Grind and Pulverize

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“Grind the Bones and Pulverize the Body”

The phrase above was brushed by the revered Admiral Togo Heihachiro (1848-1934), and capture the essence of demanding physical training. 

My whole body hurts.

It hurts a lot of the time. Most of the time.

My brain too. With knowledge improperly learned, or incorrectly applied, revealed in every mistake made on the mat, on the range, in tactical training, and in the field.

Those incidents in which I have to admit, had someone wanted to, they could have “had” me.

Feeling my age,  I work alongside people who could be my children. But still being out there, I also feel a personal responsibility to not just keep up, but to be toward the front of the pack.

This is both good and bad. Good because it tests my confidence and my commitment. Bad because it gets a little harder with every year that passes. And because though I am out taking new classes (often, again, alongside people who could be my kids), and spend a lot of personal time doing so, I don’t see a lot of that from others. Whether my own cohort, or the young pups. Some of those who could be my kids can’t keep up with me.

This is not a good thing in an armed profession, where today use of force is the most undertrained, most misunderstood, and most highly scrutinized facet. The news feed, just today, describes officers swarmed by a crowd after shooting an armed man who ran from them, an officer hit over the head with a rock, disarmed, and killed with his own gun (along with a bystander), and three officers shot when tracking a murder suspect, two when working undercover surveillance and one later in a shootout. It is increasingly dangerous out here.


We have something called “open range,” where anyone that works for us can come in and shoot on our dime. A fraction of folks do. Those who do of course make noticeable improvements. They get better on the range, which at least provides a foundation for being better out in the world. But its still only a fraction.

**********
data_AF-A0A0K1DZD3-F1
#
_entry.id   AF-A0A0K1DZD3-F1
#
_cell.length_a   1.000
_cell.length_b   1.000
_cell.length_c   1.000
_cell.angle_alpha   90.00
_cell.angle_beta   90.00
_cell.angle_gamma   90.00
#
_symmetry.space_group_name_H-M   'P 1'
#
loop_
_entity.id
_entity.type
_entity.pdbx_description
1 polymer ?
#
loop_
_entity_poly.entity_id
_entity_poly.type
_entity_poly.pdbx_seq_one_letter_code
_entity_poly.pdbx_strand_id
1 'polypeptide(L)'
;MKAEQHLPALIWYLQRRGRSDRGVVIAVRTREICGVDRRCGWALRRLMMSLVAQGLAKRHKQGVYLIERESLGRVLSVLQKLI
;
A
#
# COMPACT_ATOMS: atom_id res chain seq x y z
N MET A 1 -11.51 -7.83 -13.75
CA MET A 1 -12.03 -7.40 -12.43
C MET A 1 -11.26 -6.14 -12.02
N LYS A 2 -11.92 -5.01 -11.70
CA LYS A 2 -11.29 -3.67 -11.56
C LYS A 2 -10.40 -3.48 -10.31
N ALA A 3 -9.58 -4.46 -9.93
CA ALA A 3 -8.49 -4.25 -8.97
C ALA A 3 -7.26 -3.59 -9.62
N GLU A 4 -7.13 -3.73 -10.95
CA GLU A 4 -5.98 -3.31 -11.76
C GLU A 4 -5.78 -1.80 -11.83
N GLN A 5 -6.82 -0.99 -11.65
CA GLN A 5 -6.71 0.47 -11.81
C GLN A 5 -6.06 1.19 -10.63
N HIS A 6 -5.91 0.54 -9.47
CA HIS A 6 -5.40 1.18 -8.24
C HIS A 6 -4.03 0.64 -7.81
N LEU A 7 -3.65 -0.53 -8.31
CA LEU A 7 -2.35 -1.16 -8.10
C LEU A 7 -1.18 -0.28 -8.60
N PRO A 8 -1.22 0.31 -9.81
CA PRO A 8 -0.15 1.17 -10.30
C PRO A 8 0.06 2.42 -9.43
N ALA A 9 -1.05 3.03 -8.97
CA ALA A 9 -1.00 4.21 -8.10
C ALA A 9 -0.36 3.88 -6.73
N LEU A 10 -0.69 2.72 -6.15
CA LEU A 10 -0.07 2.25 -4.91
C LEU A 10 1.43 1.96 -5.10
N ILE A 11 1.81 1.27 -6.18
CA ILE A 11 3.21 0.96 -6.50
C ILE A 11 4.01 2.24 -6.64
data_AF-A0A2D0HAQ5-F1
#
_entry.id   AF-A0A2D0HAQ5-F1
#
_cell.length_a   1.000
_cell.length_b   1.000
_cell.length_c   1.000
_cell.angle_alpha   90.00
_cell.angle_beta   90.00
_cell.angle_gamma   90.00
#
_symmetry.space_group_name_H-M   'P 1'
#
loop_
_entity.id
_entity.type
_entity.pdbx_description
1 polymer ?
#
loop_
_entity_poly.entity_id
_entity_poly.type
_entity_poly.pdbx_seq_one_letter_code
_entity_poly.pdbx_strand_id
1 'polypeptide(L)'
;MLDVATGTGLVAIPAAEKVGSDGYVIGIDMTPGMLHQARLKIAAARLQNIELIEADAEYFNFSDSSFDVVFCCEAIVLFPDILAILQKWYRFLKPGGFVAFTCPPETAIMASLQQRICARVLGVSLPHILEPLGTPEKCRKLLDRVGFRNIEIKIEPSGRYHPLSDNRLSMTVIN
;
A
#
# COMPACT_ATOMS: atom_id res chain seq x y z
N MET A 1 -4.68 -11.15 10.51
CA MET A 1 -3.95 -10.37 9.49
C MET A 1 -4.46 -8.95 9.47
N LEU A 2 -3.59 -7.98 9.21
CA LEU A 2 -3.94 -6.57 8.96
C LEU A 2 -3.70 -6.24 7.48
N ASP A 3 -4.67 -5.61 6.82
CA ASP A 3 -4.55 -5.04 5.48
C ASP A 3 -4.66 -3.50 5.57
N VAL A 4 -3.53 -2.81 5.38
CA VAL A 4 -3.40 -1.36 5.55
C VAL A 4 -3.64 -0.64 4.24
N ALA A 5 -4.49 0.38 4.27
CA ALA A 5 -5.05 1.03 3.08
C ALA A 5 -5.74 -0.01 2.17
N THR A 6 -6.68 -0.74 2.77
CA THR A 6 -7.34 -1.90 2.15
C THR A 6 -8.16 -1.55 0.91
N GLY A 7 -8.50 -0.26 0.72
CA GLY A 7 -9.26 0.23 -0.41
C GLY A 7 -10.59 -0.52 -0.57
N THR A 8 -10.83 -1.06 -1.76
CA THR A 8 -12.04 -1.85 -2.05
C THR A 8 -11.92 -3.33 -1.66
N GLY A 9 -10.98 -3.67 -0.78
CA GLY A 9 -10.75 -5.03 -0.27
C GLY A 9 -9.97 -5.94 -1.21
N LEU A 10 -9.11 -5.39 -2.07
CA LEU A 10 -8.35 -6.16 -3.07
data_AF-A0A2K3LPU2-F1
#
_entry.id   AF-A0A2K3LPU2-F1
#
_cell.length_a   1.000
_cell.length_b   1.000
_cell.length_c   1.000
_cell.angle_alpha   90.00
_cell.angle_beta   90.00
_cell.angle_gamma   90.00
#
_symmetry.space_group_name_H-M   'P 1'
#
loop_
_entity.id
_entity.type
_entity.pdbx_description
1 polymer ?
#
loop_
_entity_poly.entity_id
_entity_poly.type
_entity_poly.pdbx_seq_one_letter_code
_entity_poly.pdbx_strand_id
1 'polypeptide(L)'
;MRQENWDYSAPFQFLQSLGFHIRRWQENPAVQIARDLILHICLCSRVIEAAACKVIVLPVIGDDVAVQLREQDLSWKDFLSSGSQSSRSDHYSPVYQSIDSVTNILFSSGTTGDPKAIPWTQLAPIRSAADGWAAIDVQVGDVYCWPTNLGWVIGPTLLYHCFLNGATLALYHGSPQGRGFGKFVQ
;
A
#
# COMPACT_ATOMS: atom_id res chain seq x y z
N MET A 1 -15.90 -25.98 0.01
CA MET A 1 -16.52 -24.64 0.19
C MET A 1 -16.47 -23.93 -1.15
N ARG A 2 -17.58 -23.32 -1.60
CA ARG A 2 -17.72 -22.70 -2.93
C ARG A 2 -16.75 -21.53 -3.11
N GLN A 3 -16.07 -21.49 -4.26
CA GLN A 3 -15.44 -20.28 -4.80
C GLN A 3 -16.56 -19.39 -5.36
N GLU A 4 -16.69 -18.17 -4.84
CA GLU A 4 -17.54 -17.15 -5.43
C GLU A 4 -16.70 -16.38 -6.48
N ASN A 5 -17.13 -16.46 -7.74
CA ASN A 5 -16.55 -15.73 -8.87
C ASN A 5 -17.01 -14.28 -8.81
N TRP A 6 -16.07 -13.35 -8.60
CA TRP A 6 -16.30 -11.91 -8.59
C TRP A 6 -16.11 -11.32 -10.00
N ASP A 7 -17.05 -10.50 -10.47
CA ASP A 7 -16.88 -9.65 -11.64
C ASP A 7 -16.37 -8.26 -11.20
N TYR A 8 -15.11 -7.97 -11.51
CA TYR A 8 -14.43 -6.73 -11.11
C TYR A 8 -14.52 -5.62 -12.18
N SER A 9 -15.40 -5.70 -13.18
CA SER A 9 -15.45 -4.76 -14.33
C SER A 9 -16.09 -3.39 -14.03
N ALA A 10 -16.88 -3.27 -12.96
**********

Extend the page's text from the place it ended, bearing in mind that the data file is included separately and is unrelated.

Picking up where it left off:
Unless a qualification is coming up…

So we decided to offer a free grappling class – Open Mat, if you will – the time and space generously donated by a local jiujitsu academy, for officers to come in and train, as with open range. Same time, every week. We have a couple regulars.  Hardly anyone else.

Some people have commitments – oddly every week another one comes up for some folks. Or they feel its more important to play soccer. Or to do something with their families. Or just to find something else to do.

Now don’t get me wrong, it’s good to have family time. My own training takes a back seat to family time often enough. One of my mantras has always been that it is far more important to be a better father (parent) than it is to be a better fighter…

But every week? For only two hours? Time can’t be found to do a little of something that could, literally, mean the difference between spending the rest of a lifetime with your family or being a picture on the wall, framed in black?

Or being a shell of the person you once were? Descending into PTSD and intoxication and withdrawal because of a bad use of force decision?

Or increasingly, being out of a job or even in prison because an inefficient use of force looked like excessive or unjustified force?

Is your family not important enough for that?

Some will never see the connection. Some are comfortable getting by, secure in the knowledge that for most of them, nothing serious will ever actually happen. A bit of resentment attaches to that, I think. As some like me sacrifice personal time and personal comfort, and our egos, training, Grinding our Bodies, Pulverizing our Bones, preparing to prevail, while they… what suits them, secure in the fact that someone else will show up to make the bad people stop.

And will save them when they do something they shouldn’t because they were too excited, or too foolish, to do what should have been done in the first place.


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